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Anesth Analg. 2011 Nov;113(5):1170-9. doi: 10.1213/ANE.0b013e318232066c. Epub 2011 Sep 30.

Review article: Neurotoxicity of anesthetic drugs in the developing brain.

Author information

1
Department of Anesthesia and Perioperative Care, University of California San Francisco, Box 0464, Room U286, 513 Parnassus Ave., San Francisco, CA 94143, USA. stratman@anesthesia.ucsf.edu

Abstract

Anesthesia kills neurons in the brain of infantile animals, including primates, and causes permanent and progressive neurocognitive decline. The anesthesia community and regulatory authorities alike are concerned that is also true in humans. In this review, I summarize what we currently know about the risks of pediatric anesthesia to long-term cognitive function. If anesthesia is discovered to cause cognitive decline in humans, we need to know how to prevent and treat it. Prevention requires knowledge of the mechanisms of anesthesia-induced cognitive decline. This review gives an overview of some of the mechanisms that have been proposed for anesthesia-induced cognitive decline and discusses possible treatment options. If anesthesia induces cognitive decline in humans, we need to know what type and duration of anesthetic is safe, and which, if any, is not safe. This review discusses early results of comparative animal studies of anesthetic neurotoxicity. Until we know if and how pediatric anesthesia affects cognition in humans, a change in anesthetic practice would be premature, not guided by evidence of better alternatives, and therefore potentially dangerous. The SmartTots initiative jointly supported by the International Anesthesia Research Society and the Food and Drug Administration aims to fund research designed to shed light on these issues that are of high priority to the anesthesia community and the public alike and therefore deserves the full support of these interest groups.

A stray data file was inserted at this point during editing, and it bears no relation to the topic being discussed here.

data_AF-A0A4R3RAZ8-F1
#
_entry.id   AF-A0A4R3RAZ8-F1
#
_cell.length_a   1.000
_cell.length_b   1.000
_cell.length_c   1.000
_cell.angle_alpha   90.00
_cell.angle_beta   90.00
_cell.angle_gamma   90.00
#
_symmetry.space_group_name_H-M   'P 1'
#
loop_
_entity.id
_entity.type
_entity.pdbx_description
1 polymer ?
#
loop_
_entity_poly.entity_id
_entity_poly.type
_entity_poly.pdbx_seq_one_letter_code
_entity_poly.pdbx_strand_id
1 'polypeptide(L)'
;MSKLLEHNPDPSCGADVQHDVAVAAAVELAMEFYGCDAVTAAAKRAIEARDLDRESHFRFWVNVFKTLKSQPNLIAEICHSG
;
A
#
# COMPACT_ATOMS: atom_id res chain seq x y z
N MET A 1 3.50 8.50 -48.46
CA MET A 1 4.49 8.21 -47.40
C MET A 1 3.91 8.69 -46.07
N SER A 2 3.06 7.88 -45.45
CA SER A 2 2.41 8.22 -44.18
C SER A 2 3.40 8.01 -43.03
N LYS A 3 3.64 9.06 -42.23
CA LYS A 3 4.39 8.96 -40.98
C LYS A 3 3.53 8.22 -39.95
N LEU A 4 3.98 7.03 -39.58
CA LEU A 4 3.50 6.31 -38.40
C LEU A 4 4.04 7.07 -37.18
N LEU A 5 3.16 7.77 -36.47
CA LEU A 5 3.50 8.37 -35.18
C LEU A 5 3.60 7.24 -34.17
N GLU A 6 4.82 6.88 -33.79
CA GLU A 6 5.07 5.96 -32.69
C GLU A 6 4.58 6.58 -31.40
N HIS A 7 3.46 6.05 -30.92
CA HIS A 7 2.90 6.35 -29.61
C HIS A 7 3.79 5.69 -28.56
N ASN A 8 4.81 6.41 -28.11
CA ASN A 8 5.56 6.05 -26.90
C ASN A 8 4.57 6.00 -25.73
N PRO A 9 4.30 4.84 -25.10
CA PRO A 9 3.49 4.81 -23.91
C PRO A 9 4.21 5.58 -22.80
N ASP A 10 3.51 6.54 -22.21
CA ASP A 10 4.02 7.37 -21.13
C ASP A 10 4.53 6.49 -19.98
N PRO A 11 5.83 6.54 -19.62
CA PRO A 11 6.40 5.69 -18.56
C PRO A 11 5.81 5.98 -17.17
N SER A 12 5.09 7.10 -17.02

PMID:
21965351
DOI:
10.1213/ANE.0b013e318232066c
[Indexed for MEDLINE]

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